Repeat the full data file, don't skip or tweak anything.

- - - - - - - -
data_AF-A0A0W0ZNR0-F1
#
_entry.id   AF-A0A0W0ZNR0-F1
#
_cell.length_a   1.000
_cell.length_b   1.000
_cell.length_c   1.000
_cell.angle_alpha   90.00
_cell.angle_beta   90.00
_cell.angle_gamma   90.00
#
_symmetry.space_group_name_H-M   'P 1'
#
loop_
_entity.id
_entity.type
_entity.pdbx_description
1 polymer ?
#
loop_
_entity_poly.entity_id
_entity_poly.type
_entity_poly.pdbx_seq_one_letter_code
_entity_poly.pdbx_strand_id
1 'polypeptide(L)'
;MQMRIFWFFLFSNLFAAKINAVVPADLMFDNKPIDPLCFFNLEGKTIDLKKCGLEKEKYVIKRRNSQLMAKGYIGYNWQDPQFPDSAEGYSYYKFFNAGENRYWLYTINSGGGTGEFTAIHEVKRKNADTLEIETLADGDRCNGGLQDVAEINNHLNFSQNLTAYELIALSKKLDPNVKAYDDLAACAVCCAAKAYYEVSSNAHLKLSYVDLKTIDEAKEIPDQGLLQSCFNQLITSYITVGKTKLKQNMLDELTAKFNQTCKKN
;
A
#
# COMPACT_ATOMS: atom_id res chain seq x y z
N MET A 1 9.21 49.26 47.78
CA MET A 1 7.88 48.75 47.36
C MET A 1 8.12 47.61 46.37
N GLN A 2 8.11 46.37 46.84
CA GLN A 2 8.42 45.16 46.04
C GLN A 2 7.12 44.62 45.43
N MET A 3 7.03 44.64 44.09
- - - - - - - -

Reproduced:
data_AF-A0A0W0ZNR0-F1
#
_entry.id   AF-A0A0W0ZNR0-F1
#
_cell.length_a   1.000
_cell.length_b   1.000
_cell.length_c   1.000
_cell.angle_alpha   90.00
_cell.angle_beta   90.00
_cell.angle_gamma   90.00
#
_symmetry.space_group_name_H-M   'P 1'
#
loop_
_entity.id
_entity.type
_entity.pdbx_description
1 polymer ?
#
loop_
_entity_poly.entity_id
_entity_poly.type
_entity_poly.pdbx_seq_one_letter_code
_entity_poly.pdbx_strand_id
1 'polypeptide(L)'
;MQMRIFWFFLFSNLFAAKINAVVPADLMFDNKPIDPLCFFNLEGKTIDLKKCGLEKEKYVIKRRNSQLMAKGYIGYNWQDPQFPDSAEGYSYYKFFNAGENRYWLYTINSGGGTGEFTAIHEVKRKNADTLEIETLADGDRCNGGLQDVAEINNHLNFSQNLTAYELIALSKKLDPNVKAYDDLAACAVCCAAKAYYEVSSNAHLKLSYVDLKTIDEAKEIPDQGLLQSCFNQLITSYITVGKTKLKQNMLDELTAKFNQTCKKN
;
A
#
# COMPACT_ATOMS: atom_id res chain seq x y z
N MET A 1 9.21 49.26 47.78
CA MET A 1 7.88 48.75 47.36
C MET A 1 8.12 47.61 46.37
N GLN A 2 8.11 46.37 46.84
CA GLN A 2 8.42 45.16 46.04
C GLN A 2 7.12 44.62 45.43
N MET A 3 7.03 44.64 44.09